CATEGORIES Music & Musicals, New Releases, Paramount, Theatrical Reviews, Johnny Depp, Movie News, Reviews, New Releases, Cinematical
As everyone's been saying for months now, there are going to be two basic camps of people seeing (and talking about) Tim Burton's screen adaptation of Sweeney Todd: those who've seen and love the musical on stage (and/or those who generally go into orgasms of ecstasy for Stephen Sondheim in general), and those who've never seen the stage version, but who generally go into orgasms of ecstasy for all things Burton. There are, no doubt, those who loathe Burton, but if you loathe Burton, why would you go out of your way to see one of his films anyhow?
At any rate, I fall into the second camp -- love Burton, never seen Sweeney Todd on stage. I went into the film knowing only the basic storyline, and that it was gory, and that it was directed by Burton and stars Johnny Depp. That was enough for me to want to see the film, and I wanted to see it not knowing more than that, so I've been avoiding as much as possible all the buzzing about the film on other sites. I even set aside the cool hardcover Sweeney Todd production book that arrived in the mail last week to savor after the screening, so I'd go into the film with as fresh an eye as possible.
The film opens with rivers of bright red blood flowing through the cobblestone cracks of a London nearly as dismal as the Paris we met in the opening of Tom Tykwer's Perfume: The Story of a Murderer (one of my favorite films of last year). Much as Sweeney Todd is going to be compared to Burton's Charlie and the Chocolate Factory and Edward Scissorhands, for me, right from the opening credits, it evoked Perfume more. After zooming us through a cramped, filthy, dismal London, Burton takes us onto a ship arriving in London, where we meet the beautiful and aptly named young sailer Anthony Hope (Jamie Campbell Bower, who's almost -- but not quite -- prettier than Depp), singing "No Place Like London," in which he's joined by his friend Benjamin Barker (Depp), freshly escaped from an Australian prison and returning home to a London he views with a far darker and cynical eye than the fresh-faced sailor. From the first words Barker sings -- and more, from the way Depp acts the part -- we get a sense of just how dark his story is going to be.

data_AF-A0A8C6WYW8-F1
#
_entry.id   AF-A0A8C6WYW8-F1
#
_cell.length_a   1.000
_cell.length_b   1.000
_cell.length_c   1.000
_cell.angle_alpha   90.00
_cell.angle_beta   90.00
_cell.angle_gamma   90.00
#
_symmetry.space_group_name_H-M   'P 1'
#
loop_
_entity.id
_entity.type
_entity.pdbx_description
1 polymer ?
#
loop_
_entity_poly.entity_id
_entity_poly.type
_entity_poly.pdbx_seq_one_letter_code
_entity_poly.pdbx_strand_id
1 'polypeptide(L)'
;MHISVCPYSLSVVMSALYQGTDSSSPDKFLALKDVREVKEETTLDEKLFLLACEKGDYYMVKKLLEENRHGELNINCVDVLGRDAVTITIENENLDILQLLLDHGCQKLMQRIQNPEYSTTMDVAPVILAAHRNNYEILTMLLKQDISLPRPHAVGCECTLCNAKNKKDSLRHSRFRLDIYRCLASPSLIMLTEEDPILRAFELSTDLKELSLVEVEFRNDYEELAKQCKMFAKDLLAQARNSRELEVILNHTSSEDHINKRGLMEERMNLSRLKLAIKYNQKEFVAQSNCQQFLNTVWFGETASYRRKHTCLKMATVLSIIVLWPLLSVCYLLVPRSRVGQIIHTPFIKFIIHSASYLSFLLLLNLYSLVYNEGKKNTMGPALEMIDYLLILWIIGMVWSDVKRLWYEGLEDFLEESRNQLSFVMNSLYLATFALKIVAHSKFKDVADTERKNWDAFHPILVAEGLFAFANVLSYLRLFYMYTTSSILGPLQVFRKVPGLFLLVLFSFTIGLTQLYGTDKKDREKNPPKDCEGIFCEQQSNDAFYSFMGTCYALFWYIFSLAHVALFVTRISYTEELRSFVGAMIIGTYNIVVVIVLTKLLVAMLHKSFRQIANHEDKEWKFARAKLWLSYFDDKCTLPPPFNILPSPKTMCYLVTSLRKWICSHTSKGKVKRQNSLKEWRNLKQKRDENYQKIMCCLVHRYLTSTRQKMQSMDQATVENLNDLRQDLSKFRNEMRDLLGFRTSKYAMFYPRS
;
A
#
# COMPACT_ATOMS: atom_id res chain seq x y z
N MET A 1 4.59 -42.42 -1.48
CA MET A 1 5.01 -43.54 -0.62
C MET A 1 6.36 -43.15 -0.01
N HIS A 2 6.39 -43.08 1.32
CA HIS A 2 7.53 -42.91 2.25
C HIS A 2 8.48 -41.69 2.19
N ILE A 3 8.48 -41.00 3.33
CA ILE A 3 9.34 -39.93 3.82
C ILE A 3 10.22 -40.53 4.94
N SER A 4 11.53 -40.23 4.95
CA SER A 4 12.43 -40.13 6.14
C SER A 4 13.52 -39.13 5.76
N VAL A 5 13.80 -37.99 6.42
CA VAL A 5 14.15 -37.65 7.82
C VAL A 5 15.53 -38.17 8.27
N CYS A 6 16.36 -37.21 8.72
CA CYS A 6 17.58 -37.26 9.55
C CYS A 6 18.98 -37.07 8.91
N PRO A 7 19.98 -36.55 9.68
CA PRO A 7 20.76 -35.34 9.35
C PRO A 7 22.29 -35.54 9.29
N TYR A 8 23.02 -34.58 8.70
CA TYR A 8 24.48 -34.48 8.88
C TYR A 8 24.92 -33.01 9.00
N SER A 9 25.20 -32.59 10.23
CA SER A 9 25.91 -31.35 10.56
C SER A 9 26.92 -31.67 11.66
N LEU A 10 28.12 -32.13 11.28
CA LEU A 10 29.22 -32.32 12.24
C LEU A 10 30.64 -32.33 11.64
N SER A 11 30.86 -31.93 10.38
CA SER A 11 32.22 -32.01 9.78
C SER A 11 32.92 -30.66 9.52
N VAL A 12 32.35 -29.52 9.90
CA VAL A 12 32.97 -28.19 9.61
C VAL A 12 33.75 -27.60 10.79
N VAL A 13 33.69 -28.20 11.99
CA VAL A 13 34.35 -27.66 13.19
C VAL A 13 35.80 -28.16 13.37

Barker, now going by the moniker "Sweeney Todd," is returning to London to exact his revenge upon the dastardly Judge Turpin (Alan Rickman), who put Barker in prison on trumped-up charges so that he could steal Barker's wife, the lovely, yellow-haired Lucy (Laura Michelle Kelley), and the happy couple's infant daughter Johanna. Fifteen years later, Barker has changed his name to Sweeney Todd, and is on his way to his old stomping grounds over at Mrs. Lovett's Meat Pie shop to make a plan for revenge.
Enter Mrs. Lovett (Hey! It's Helena Bonham Carter in a Tim Burton film! What are the odds ...?), the proprietress of the pie shop, where cleanliness isn't on the menu, and the pies are crawling with roaches, inside and out. Yum. This is Bonham-Carter's first song in the film, and while she does an adequate enough job with the singing, neither she nor Depp has a booming stage voice. But this is a movie, not Broadway; the acting and the close-up emoting are what matters more here anyhow, and both Depp and Bonham-Carter bring these desperately dark characters to life with reliably methodical performances. Both Depp and Bonham-Carter are so good in their roles, in fact, that the mediocrity of the singing is almost a distraction at times, and I found myself wishing during a couple of the musical numbers that we could have more acting and less singing (I know, I know, it's sacrilege to wish for less music in a Sondheim musical, but there it is).
When Todd learns from Mrs. Lovett that his lovely Lucy took arsenic after he was sent to prison, and that Judge Turpin adopted his daughter Johanna as his ward, you can see the darkness descending further onto the barber like a physical thing. The pain and rage Depp evokes as Todd's world-view narrows until he can see nothing but blood-red revenge is rather a remarkable thing to watch -- there's a reason Depp is recognized as one of the best actors of his generation, and we see it in this film.